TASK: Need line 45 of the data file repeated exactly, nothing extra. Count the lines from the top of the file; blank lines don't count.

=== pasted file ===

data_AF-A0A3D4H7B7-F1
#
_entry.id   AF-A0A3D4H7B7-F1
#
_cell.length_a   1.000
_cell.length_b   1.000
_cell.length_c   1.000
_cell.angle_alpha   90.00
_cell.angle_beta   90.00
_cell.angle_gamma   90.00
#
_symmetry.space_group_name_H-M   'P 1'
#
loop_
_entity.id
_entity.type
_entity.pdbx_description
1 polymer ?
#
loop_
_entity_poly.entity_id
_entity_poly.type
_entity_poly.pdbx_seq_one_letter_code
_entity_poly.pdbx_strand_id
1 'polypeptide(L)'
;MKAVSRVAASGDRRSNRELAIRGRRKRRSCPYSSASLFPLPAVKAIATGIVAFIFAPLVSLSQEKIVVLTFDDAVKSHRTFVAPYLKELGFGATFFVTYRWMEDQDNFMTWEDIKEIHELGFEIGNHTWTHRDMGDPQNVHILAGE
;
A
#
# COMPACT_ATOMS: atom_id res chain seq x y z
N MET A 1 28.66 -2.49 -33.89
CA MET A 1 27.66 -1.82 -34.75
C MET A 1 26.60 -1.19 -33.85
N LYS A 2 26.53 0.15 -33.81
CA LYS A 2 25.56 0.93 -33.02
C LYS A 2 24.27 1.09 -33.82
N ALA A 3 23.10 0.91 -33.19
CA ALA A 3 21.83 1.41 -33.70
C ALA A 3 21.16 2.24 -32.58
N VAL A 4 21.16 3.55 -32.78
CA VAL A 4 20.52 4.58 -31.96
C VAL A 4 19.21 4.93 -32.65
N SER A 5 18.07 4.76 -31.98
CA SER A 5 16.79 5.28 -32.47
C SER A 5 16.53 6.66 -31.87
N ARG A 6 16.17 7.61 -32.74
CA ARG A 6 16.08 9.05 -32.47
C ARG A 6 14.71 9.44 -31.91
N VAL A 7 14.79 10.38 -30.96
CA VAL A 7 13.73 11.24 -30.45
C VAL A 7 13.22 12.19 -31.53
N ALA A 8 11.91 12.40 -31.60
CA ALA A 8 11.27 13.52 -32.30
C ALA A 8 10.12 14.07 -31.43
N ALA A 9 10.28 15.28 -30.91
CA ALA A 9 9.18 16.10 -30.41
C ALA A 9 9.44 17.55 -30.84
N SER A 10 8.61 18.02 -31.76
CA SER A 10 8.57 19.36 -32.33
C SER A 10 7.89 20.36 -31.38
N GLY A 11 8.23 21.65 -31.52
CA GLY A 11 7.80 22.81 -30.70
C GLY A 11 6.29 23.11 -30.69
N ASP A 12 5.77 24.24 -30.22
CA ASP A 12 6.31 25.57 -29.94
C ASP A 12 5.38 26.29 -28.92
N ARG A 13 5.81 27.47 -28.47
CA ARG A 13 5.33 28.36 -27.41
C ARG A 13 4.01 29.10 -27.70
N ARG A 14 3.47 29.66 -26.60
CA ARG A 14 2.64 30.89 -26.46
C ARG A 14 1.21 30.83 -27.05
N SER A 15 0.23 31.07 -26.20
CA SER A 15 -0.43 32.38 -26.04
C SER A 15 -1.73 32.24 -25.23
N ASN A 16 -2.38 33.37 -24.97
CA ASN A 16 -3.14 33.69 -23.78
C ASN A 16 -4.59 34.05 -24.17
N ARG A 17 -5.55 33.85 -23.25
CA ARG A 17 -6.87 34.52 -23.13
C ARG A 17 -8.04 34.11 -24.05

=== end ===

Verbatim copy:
C SER A 5 16.53 6.66 -31.87